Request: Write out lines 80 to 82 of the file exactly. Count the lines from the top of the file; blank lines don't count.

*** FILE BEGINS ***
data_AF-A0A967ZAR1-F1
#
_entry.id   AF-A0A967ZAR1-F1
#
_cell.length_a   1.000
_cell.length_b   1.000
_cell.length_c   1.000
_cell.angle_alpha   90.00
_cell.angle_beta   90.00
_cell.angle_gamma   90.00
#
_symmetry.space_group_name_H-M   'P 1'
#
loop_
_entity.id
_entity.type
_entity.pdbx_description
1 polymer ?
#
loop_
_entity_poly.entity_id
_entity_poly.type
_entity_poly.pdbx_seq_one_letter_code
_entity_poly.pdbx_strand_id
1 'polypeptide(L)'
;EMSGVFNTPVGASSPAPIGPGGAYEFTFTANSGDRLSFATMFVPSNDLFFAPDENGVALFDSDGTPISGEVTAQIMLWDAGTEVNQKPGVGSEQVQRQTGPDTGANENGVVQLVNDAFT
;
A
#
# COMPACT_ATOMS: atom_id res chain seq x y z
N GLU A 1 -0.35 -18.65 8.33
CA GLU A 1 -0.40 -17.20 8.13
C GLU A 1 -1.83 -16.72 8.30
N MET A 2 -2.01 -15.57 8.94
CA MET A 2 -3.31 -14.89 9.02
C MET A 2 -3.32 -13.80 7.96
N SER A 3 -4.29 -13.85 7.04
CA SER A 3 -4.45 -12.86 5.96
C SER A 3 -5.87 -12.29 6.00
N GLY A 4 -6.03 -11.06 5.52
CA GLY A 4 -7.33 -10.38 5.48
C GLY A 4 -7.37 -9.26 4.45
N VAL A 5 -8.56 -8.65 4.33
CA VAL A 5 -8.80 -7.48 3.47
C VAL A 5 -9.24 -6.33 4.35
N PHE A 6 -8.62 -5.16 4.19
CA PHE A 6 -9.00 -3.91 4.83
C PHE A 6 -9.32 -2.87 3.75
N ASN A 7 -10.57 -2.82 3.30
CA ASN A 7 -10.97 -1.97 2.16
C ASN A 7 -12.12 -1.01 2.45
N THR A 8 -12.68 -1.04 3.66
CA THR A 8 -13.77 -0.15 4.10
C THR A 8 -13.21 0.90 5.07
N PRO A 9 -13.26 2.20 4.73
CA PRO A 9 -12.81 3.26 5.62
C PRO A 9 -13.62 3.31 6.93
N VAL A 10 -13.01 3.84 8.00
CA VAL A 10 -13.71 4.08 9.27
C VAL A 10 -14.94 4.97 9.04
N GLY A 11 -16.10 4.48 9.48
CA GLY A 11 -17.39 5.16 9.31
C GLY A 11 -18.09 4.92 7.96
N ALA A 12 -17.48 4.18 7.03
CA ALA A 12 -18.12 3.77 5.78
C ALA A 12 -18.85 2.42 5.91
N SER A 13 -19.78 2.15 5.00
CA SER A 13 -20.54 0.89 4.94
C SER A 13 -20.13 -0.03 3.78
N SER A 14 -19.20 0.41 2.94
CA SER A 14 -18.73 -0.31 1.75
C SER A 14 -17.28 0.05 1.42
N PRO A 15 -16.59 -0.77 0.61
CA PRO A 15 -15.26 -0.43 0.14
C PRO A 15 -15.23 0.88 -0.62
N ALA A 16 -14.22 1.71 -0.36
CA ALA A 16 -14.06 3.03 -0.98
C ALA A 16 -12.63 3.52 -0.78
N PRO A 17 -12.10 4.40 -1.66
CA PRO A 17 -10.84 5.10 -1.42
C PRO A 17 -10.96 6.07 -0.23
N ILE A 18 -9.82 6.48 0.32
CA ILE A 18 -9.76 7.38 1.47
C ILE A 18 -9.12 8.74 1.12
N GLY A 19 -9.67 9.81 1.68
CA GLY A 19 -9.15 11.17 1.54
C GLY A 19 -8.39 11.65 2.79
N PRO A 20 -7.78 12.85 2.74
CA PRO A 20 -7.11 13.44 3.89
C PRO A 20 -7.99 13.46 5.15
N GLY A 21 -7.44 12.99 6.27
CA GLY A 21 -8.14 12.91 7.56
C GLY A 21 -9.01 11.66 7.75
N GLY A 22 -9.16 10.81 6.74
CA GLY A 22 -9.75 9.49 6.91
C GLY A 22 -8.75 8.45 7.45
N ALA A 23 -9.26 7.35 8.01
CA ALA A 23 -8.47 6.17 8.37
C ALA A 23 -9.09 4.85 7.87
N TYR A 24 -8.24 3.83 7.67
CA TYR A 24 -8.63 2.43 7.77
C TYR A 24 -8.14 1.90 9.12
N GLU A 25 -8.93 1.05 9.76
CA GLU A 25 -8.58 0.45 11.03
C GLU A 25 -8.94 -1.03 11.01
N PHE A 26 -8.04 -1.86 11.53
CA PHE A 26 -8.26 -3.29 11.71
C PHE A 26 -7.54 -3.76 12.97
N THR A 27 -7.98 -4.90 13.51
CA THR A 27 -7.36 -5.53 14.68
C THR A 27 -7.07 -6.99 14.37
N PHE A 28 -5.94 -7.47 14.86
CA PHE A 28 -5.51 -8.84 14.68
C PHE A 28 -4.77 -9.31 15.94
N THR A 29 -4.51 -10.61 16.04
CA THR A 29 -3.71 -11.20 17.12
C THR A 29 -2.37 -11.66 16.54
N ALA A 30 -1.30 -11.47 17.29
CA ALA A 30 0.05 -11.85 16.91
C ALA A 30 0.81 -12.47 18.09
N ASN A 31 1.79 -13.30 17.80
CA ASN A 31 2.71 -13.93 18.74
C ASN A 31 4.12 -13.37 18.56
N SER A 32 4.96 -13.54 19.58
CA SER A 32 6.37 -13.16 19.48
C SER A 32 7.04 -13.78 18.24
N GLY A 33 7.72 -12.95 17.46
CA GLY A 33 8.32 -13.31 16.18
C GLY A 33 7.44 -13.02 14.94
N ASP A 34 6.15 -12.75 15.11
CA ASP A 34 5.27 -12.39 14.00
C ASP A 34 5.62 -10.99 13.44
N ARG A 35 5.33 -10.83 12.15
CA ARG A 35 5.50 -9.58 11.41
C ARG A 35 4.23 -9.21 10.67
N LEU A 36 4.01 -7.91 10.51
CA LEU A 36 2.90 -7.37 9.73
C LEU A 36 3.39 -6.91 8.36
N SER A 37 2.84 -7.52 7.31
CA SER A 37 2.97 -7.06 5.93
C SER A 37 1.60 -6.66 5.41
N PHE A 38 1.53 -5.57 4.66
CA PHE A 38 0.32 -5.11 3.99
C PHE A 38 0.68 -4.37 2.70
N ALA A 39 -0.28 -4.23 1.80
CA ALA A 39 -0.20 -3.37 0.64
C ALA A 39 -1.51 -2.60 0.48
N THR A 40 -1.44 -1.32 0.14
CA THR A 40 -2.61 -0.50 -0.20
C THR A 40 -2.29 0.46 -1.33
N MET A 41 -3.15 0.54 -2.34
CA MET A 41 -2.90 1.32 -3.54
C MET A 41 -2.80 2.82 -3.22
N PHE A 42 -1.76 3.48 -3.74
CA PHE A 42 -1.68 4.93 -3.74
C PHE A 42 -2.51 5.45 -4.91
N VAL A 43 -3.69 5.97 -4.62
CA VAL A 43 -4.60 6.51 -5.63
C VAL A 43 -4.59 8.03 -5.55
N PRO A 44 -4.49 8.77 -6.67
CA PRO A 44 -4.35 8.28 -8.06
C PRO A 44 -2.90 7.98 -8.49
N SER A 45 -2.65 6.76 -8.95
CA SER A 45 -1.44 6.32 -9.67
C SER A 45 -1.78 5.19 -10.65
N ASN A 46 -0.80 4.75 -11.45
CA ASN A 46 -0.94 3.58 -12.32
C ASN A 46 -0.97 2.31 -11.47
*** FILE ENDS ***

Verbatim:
CA PRO A 17 -10.84 5.10 -1.42
C PRO A 17 -10.96 6.07 -0.23
N ILE A 18 -9.82 6.48 0.32